Also, a reminder that we will be playing our Italian Wars battle on Wednesday 30th; Jon can you confirm if you can make it so that I can get provisions in?

The Bridge at Remagen : 'Hollywood' rules for Spearhead 6mm.

Ian put on a pre-Christmas special on at his house on Saturday.  Watch the film then fight the battle. The subject...the Bridge at Remagen.

The film is a highly fictionalized version of actual events during the last months of World War II when the 9th Armored Division approached Remagen and captured the intact Ludendorff Bridge. Instead of the real week-long battle and several artillery duels fought between the Americans and German defenders, the film focuses on the heroism and human cost in gaining a bridgehead across the Rhine before the Allies' final advance into Germany.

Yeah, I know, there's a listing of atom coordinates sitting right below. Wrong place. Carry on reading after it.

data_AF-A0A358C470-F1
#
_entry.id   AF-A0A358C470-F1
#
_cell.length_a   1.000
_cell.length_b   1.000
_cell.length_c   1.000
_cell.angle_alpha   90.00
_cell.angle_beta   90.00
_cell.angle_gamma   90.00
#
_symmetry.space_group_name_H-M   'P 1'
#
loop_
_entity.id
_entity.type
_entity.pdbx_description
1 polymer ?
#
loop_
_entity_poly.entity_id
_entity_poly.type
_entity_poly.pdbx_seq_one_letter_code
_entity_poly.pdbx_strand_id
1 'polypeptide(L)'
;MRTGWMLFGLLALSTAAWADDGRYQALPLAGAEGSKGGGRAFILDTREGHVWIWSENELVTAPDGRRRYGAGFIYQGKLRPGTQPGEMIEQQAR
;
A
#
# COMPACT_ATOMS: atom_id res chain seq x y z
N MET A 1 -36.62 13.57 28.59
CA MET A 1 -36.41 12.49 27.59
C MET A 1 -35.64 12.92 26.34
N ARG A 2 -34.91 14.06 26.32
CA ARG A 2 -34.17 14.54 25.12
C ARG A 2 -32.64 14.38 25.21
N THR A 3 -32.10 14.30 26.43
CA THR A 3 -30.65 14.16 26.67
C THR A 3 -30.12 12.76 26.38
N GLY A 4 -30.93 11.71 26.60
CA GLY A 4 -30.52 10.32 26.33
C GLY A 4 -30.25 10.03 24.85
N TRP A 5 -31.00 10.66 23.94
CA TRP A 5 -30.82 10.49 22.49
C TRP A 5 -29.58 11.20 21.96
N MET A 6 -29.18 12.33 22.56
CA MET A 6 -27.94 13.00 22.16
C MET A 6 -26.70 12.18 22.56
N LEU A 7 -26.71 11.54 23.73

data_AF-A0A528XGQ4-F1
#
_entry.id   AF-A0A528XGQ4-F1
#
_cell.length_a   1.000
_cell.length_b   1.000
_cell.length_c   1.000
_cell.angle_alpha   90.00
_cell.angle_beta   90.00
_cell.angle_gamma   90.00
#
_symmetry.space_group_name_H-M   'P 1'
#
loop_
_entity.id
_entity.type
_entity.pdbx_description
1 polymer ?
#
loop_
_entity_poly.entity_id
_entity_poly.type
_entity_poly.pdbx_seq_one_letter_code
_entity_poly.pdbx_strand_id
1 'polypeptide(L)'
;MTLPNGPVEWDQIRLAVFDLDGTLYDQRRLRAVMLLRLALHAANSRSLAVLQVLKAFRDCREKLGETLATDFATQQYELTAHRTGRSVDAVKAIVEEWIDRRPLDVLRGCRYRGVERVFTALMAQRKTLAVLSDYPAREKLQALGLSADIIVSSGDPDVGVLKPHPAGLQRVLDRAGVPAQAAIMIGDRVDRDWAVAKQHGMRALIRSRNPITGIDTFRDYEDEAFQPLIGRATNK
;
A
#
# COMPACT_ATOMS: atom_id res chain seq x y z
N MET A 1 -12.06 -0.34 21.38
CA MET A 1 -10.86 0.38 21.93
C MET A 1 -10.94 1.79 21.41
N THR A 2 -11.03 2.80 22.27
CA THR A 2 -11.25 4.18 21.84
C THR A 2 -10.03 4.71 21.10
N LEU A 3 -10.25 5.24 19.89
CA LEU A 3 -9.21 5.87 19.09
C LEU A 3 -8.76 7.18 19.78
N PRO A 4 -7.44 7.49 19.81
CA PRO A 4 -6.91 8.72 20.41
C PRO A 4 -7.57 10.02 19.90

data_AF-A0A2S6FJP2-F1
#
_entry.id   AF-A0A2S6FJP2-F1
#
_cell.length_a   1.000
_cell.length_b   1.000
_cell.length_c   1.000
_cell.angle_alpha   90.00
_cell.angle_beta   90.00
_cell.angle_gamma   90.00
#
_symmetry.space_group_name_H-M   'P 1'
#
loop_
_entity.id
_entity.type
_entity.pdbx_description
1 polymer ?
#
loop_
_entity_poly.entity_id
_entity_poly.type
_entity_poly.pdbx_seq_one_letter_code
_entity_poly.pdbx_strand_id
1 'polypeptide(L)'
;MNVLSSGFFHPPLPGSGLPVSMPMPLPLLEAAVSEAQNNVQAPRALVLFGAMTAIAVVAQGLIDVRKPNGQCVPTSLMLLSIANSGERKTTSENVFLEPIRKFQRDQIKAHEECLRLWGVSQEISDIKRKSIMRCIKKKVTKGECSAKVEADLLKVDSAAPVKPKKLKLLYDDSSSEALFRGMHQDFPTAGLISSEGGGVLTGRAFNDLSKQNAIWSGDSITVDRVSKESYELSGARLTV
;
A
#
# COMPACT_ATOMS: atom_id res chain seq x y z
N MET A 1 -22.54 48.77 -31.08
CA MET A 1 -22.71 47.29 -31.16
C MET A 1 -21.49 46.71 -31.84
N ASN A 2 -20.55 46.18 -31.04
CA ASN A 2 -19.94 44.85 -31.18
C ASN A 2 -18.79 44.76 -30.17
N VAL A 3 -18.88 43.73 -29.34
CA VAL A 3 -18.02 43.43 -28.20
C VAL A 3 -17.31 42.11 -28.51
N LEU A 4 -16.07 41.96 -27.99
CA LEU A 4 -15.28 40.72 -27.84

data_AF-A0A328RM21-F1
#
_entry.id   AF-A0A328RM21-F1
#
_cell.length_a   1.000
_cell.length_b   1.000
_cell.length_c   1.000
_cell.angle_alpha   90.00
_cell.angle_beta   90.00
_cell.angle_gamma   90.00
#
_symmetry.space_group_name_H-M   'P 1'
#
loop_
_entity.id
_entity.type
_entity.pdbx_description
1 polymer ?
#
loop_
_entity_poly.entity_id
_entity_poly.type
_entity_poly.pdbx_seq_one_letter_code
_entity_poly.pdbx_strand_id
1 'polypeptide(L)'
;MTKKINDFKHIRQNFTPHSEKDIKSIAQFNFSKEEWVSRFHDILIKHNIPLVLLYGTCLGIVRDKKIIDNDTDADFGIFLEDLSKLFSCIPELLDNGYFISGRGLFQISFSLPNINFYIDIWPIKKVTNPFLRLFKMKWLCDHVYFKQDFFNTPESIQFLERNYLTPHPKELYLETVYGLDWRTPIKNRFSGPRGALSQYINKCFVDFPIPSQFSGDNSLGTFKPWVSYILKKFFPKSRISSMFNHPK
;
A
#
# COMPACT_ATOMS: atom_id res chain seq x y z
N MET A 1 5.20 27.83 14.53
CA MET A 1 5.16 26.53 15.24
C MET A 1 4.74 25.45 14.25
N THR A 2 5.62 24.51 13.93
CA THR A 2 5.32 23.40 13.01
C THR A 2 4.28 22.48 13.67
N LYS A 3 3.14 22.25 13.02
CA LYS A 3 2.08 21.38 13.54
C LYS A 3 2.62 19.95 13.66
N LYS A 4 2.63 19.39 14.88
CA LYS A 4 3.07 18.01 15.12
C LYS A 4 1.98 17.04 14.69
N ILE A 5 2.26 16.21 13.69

Star of the show is Lt Hartman (George Segal), his sidekick Sgt Angelo (Ben Ragazza) and - on the other side of the Rhine, the honourable German Maj. Paul Kruger (Robert Vaughn). In the film, the Americans win through and capture the bridge intact (although damaged) as the Germans were not provided with sufficient quantities of industrial explosives.  

Our battle went slightly differently....

A few scenario rules - the Germans had much more strength than in the movie and also had a panzer division coming in by train on Turn 8.  The Germans also had a Hitler Youth in a spider hole anywhere on the map (to simulate the youngster in the hotel in Meckenheim).  The Americans had lots of tanks (Pershings) - fast tanks but not great against AT fire - and motorised infantry.